If an hour of lifting weights at the gym is good, then isn’t two hours better? If 5 miles of outdoor running is good, then why not run 8 miles? Or how about just running a faster time? “Better”, of course, is a matter of perspective and depends on how you approach your goal. It’s easy to get caught up in the “more is better” thinking. Many ads, fitness products, and even some trainers lure you into thinking that exercising 2X as hard in the gym will help you achieve your health and fitness goals in 1/2 the time. Mathematically, that sounds all well and good, but the human body is a dynamic system and doesn’t necessarily work that way. Long duration training and high intensity workouts may increase the likelihood of injury. Stress fractures, for example, are common for long distance runners, while many weight lifters, who train heavy, may experience muscle strains/tears in their biceps, back and shoulders. In addition, there’s the loss of momentum and possible derailment from their goal. We also have to include the time, effort and emotional investment involved in recovery from an injury.

In the long run, it’s about training smarter — and not harder — that will not only get you to your goals, but help you to maintain and improve. How can you train smarter? Start by keeping a food and exercise journal. This will allow you to Target, Track and Trim.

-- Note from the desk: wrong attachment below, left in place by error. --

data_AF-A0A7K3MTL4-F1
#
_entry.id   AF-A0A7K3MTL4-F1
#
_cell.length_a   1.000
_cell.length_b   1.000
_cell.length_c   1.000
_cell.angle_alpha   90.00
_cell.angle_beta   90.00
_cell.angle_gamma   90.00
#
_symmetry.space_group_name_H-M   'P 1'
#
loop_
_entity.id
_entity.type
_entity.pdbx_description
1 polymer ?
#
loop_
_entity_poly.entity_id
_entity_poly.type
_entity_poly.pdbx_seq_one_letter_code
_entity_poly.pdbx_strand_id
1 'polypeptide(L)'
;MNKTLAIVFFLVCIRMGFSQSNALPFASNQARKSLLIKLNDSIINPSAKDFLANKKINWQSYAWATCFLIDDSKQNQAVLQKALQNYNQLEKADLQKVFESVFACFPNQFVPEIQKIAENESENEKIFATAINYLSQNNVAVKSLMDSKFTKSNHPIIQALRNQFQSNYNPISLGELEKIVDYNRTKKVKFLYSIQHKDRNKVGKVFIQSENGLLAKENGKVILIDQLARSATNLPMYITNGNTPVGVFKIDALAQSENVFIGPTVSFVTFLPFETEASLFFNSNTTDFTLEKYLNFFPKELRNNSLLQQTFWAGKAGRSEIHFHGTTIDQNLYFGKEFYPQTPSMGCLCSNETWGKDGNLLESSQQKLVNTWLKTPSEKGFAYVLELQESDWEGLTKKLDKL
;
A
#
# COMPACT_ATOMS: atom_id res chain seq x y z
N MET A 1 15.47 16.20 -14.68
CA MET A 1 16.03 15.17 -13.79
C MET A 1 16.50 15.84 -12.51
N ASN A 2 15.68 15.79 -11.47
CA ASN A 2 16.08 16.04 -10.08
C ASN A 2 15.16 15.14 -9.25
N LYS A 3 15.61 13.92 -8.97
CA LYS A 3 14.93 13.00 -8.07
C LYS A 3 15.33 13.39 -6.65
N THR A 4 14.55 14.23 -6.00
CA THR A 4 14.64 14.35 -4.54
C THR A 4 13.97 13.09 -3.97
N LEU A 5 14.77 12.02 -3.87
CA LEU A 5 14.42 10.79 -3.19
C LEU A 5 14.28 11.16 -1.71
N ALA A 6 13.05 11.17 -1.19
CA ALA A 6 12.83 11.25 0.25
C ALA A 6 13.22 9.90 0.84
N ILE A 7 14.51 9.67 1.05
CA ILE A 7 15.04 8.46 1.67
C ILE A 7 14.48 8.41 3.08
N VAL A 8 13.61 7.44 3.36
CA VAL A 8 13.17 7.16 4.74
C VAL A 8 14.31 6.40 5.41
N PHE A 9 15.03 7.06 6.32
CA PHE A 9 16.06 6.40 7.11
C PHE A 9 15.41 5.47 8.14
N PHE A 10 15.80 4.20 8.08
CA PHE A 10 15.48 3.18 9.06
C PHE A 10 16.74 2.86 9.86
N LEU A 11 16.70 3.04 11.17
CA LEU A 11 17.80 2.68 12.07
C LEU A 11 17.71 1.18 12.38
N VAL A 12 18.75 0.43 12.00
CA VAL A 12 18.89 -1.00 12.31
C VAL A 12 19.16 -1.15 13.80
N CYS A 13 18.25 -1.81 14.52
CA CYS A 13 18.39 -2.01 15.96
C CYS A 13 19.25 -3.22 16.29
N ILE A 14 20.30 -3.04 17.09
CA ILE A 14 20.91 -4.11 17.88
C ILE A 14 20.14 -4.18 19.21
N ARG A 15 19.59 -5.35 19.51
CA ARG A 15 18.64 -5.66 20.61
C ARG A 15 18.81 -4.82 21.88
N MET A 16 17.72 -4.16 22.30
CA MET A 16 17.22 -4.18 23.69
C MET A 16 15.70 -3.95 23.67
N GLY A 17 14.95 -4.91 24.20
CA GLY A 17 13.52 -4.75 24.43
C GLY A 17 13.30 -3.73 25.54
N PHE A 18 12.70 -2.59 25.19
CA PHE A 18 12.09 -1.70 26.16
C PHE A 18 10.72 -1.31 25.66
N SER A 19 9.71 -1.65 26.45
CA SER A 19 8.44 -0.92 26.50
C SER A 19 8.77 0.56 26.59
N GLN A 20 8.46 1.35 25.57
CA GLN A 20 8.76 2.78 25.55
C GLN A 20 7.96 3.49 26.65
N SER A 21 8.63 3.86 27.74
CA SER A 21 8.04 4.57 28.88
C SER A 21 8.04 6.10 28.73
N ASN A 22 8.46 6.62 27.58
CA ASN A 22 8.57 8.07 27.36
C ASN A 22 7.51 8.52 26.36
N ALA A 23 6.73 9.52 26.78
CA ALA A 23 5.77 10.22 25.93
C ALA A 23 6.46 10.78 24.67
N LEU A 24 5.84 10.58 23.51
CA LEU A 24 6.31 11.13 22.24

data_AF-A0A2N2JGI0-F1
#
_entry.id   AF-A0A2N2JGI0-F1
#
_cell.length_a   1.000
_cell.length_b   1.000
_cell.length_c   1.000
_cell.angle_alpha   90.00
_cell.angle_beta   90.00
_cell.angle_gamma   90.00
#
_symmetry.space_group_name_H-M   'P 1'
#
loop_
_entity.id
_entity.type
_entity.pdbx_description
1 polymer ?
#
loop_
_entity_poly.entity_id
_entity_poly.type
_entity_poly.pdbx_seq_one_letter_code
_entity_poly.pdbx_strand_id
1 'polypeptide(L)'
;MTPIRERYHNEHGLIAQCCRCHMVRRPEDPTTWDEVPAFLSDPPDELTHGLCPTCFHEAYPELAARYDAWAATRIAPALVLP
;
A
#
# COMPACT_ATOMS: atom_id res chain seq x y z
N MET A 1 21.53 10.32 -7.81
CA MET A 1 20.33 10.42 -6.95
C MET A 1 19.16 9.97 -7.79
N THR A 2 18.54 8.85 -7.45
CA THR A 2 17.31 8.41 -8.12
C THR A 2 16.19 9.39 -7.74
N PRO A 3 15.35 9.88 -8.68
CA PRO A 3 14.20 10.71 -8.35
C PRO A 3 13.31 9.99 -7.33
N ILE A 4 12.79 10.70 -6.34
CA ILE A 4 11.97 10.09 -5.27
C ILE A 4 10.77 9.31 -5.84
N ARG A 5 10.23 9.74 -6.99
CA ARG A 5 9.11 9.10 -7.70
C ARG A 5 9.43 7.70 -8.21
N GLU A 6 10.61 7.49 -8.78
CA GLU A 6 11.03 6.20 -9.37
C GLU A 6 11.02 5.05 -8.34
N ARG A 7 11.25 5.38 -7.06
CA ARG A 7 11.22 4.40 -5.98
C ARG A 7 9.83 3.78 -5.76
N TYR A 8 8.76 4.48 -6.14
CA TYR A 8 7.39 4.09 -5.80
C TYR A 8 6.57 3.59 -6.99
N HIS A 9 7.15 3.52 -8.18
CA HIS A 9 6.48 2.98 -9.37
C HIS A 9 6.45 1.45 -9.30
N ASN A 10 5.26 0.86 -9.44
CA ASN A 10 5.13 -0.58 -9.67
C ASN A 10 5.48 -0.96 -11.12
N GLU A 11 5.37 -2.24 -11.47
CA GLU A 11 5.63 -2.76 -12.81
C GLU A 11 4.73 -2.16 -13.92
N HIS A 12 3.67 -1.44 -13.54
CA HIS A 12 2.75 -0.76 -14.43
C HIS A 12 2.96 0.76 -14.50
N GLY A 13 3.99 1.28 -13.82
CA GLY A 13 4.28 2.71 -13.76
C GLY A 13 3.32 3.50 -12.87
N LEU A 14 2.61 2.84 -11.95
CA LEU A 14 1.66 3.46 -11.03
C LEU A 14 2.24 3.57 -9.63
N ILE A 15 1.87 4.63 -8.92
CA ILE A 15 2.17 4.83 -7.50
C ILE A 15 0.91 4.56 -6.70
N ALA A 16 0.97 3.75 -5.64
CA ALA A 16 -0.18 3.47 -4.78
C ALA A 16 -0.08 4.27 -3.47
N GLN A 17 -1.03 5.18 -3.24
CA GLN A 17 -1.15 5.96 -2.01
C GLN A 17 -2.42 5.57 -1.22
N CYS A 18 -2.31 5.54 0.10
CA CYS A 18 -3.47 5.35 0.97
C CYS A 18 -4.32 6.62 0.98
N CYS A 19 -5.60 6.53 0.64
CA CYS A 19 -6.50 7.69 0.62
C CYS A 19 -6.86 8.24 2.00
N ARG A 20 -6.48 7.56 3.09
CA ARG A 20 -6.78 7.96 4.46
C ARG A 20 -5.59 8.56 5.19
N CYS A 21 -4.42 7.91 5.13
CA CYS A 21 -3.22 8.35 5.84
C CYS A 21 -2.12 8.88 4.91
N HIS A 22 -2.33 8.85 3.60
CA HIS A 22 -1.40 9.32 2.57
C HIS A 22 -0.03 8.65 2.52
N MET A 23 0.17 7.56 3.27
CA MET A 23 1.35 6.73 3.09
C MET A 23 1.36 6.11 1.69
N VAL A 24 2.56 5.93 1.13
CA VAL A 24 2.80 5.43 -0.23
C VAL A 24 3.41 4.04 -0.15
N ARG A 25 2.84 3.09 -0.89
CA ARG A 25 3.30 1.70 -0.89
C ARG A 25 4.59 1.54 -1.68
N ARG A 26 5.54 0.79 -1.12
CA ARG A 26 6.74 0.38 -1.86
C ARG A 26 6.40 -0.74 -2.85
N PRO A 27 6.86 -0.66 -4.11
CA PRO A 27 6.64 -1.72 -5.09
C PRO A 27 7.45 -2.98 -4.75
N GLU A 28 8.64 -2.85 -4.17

Target: What are you aiming for? Identify your short and long-term health and fitness goals.
Track: Monitor your progress. Write down what you eat and drink and what exercises you are doing. This will help you identify what is or is not working for you.
Trim: Be more efficient and effective by trimming away the excess or unnecessary in your diet and workouts. Hindsight gives you insight.

Imagine your favorite basketball player practicing free throws, tennis player serving, or baseball player pitching. These activities are about developing and reinforcing positive habits and technique . . . not brute force. With each practice, muscle memory is developed. New neural connections are actually being created in the brain. That’s why seasoned coaches and trainers like to end practice on a high note, so the athletes develop a positive feel.

A power lifter is a good example of an athlete who pushes their body. You might think he/she just goes into the gym and picks up the heaviest weights they can, but an experienced power lifter follows a specific training plan. Not only do they perform specific lifts during a workout, but they “build in” light days and recovery days. Talk to any power lifter and they’ll always emphasize recovery, rest and proper nutrition. I’ve worked out with power lifters before. One was a world record holder in his age and weight division. When he was tired or sore from a previous day’s workout, he would train lighter or even take a day off. Smarter training yields longevity in his sport, and the same is true with your health and fitness goals. You’ll learn, have fun, get in shape and be injury-free.